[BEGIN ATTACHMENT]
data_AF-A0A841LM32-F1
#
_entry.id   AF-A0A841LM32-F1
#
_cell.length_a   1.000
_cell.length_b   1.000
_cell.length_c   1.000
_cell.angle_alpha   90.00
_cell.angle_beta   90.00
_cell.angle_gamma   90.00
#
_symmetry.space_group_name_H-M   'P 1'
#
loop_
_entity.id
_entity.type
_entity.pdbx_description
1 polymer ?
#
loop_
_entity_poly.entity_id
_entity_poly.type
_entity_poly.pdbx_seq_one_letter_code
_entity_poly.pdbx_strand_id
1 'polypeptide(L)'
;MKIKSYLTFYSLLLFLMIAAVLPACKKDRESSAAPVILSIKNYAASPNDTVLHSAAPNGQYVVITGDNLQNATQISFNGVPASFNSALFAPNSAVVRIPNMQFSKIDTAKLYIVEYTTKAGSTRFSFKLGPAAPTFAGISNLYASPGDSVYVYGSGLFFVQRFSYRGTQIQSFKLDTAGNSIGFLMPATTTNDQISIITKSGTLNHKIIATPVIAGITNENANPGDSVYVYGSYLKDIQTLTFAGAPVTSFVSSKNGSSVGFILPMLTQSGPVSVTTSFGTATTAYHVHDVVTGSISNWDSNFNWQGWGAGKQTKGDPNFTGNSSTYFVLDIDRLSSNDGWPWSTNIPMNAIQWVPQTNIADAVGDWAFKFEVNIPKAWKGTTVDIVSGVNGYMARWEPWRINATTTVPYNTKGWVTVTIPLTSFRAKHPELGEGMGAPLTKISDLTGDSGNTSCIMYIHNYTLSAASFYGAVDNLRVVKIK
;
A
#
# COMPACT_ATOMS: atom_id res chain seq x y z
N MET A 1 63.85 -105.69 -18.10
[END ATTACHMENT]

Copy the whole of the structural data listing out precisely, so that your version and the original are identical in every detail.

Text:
data_AF-A0A841LM32-F1
#
_entry.id   AF-A0A841LM32-F1
#
_cell.length_a   1.000
_cell.length_b   1.000
_cell.length_c   1.000
_cell.angle_alpha   90.00
_cell.angle_beta   90.00
_cell.angle_gamma   90.00
#
_symmetry.space_group_name_H-M   'P 1'
#
loop_
_entity.id
_entity.type
_entity.pdbx_description
1 polymer ?
#
loop_
_entity_poly.entity_id
_entity_poly.type
_entity_poly.pdbx_seq_one_letter_code
_entity_poly.pdbx_strand_id
1 'polypeptide(L)'
;MKIKSYLTFYSLLLFLMIAAVLPACKKDRESSAAPVILSIKNYAASPNDTVLHSAAPNGQYVVITGDNLQNATQISFNGVPASFNSALFAPNSAVVRIPNMQFSKIDTAKLYIVEYTTKAGSTRFSFKLGPAAPTFAGISNLYASPGDSVYVYGSGLFFVQRFSYRGTQIQSFKLDTAGNSIGFLMPATTTNDQISIITKSGTLNHKIIATPVIAGITNENANPGDSVYVYGSYLKDIQTLTFAGAPVTSFVSSKNGSSVGFILPMLTQSGPVSVTTSFGTATTAYHVHDVVTGSISNWDSNFNWQGWGAGKQTKGDPNFTGNSSTYFVLDIDRLSSNDGWPWSTNIPMNAIQWVPQTNIADAVGDWAFKFEVNIPKAWKGTTVDIVSGVNGYMARWEPWRINATTTVPYNTKGWVTVTIPLTSFRAKHPELGEGMGAPLTKISDLTGDSGNTSCIMYIHNYTLSAASFYGAVDNLRVVKIK
;
A
#
# COMPACT_ATOMS: atom_id res chain seq x y z
N MET A 1 63.85 -105.69 -18.10